Tag archives for United Kingdom - Page 3


Scottish Independence – 5 Steps to Avoid Bias

Bias is everywhere. Spotting it is a key skill for voters in Scotland (and people everywhere all the time). We all have biases, even me. This is a normal part of being human. We like being part of a group and generally moderate our behaviour to conform to group norms. There is loads of material on experiments about this, notably Milgram on obedience and also the Stanford prison experiment. The Scottish Independence campaign is possibly the largest social experiment I've seen on this. Both sides and their supporters have been egregious in their attempts to scare the electorate into voting for them. The campaign has also shown that people can be engaged in politics. Low turnouts aren't because people don't care. It is because they don't feel they have a genuine choice. This engagement has a down side though. And…
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Scottish Independence – It’s Very Close Indeed

I've updated the graphs with the latest polls and re-drawn them, I've also ignored the polls from before March 2014, so this is just the last six months of polling (about 50 separate polls). My original data source isĀ ,_2014 The graph clearly shows that as the poll gets closer more people are making their minds up, and that the gap between the views is narrowing. Yesterday saw a major effort by the No campaign to influence the Don't Knows which won't yet have made its way into the opinion data as the latest one was only published yesterday. If you haven't made up your mind yet then you might be the person that decides the outcome. Here are some useful links that might be of assistance in gathering the facts (NB apply buckets of salt to anything said by politicians,…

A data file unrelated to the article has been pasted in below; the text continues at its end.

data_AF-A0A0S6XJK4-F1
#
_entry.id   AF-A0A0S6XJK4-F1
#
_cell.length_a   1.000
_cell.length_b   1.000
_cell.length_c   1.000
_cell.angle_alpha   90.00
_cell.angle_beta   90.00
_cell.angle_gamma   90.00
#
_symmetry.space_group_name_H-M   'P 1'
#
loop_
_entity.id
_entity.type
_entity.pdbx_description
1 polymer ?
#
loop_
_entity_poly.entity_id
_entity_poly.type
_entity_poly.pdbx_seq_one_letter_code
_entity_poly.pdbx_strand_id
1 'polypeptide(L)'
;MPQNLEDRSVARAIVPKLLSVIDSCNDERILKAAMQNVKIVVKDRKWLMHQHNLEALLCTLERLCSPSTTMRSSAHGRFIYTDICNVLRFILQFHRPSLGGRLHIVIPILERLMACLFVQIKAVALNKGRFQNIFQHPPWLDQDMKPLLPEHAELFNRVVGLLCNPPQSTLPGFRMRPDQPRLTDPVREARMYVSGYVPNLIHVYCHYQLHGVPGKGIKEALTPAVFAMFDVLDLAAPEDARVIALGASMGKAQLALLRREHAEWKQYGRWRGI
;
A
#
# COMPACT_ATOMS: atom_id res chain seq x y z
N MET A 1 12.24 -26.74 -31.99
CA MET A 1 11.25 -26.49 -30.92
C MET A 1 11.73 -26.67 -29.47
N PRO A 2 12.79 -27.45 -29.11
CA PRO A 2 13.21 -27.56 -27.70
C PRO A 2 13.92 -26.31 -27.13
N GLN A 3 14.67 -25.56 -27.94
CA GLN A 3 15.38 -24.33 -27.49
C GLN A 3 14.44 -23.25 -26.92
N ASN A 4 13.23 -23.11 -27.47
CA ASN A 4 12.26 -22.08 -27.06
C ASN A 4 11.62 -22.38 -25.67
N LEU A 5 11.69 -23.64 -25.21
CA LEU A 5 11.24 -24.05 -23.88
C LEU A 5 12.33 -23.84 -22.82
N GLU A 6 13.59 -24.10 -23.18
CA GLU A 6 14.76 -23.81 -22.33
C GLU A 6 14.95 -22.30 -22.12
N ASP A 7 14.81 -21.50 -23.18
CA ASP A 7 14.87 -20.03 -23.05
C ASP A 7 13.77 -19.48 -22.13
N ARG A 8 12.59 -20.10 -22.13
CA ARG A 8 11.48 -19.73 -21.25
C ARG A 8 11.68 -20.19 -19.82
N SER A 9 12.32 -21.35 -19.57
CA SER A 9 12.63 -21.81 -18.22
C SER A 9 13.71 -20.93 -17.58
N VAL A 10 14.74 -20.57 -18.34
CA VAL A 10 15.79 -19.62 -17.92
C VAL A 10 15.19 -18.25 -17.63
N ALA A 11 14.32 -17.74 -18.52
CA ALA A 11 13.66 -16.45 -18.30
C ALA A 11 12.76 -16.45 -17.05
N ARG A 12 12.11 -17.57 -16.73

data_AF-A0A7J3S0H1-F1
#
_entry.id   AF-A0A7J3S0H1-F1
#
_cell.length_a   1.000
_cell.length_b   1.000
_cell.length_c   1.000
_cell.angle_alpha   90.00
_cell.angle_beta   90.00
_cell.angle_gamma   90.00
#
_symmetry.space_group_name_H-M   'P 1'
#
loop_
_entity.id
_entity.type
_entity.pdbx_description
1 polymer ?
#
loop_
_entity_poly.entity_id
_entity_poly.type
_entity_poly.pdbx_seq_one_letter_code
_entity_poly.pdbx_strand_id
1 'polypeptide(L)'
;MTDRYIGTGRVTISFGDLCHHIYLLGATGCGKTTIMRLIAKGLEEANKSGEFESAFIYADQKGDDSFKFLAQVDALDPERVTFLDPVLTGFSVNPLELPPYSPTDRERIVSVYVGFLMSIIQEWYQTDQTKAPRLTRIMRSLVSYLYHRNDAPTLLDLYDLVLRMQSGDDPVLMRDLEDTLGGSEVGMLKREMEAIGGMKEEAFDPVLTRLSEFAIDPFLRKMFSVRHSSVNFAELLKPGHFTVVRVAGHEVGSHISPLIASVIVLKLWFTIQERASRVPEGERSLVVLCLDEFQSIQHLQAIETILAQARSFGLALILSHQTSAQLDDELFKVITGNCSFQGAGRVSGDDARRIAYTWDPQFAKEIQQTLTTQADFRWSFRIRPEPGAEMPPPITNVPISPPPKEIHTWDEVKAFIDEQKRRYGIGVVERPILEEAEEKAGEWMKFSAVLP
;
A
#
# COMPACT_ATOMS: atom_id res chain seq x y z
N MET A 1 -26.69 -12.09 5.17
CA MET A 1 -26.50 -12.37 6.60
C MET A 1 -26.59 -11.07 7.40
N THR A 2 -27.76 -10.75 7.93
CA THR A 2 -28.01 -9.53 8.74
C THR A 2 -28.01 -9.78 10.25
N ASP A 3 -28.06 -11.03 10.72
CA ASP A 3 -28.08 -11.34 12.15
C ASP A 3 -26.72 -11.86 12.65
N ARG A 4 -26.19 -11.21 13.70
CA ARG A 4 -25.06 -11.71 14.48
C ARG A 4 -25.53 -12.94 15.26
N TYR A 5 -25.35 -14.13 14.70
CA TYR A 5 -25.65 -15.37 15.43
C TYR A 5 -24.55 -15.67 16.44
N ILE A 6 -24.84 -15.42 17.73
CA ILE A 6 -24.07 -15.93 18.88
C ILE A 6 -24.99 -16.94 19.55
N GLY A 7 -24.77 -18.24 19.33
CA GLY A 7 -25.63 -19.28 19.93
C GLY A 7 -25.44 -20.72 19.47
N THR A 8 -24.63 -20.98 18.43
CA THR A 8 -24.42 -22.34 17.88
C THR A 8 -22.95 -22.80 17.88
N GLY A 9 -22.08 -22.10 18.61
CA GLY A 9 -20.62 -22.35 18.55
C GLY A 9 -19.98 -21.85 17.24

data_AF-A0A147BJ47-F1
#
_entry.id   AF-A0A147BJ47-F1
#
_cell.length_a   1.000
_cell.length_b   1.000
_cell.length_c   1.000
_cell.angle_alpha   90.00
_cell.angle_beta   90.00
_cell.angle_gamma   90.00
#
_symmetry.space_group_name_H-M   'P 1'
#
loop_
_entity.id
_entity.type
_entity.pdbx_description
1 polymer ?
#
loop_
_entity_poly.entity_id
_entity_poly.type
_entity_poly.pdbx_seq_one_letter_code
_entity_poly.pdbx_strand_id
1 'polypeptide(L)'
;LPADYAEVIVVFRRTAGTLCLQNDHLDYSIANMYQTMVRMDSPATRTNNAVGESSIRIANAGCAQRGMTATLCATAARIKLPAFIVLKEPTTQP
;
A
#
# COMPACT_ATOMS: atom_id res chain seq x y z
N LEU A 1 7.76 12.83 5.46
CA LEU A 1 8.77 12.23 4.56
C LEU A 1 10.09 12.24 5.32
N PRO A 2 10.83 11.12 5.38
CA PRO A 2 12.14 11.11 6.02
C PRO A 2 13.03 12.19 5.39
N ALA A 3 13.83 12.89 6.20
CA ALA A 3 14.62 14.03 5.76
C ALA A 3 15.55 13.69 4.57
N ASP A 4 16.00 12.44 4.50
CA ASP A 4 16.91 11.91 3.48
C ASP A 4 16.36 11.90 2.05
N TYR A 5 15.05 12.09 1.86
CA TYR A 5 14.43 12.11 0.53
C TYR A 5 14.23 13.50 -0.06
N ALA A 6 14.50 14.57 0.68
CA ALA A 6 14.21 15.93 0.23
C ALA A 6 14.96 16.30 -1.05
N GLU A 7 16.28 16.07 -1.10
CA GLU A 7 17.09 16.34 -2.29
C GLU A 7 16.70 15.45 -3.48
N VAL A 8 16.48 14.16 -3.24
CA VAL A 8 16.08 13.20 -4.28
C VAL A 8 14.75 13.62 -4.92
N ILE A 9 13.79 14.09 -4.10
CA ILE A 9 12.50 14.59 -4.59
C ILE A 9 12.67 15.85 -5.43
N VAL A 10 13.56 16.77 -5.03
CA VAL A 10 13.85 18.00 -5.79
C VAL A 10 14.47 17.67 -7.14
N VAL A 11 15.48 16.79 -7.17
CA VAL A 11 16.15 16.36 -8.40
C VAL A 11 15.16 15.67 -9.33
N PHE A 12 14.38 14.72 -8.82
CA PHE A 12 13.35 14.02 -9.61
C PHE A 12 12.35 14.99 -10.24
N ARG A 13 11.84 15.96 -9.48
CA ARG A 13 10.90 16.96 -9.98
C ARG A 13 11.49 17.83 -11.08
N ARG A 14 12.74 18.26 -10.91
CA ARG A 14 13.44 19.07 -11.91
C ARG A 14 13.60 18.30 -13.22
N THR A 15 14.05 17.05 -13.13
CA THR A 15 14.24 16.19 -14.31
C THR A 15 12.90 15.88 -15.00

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Scottish Independence – Another View of the Polling Data

Since I posted the graph on the opinion poll data on the Independence Referendum in Scotland I've had some questions on both twitter and facebook (mainly from two of my three brothers still living in Scotland, one a clear Yes voter and the other undecided). I was asked whether leaving out the undecideds was skewing the result that I was showing. My initial response to this was that it wasn't, the analysis was looking at how the proportion of those deciding to vote was changing in favour of Yes. However I thought that I would go back and do the three way look at things and see if that gave a different picture. Clearly the visual is very different, partly my choice in how to present it. However the story it tells is not different from the one I produced…
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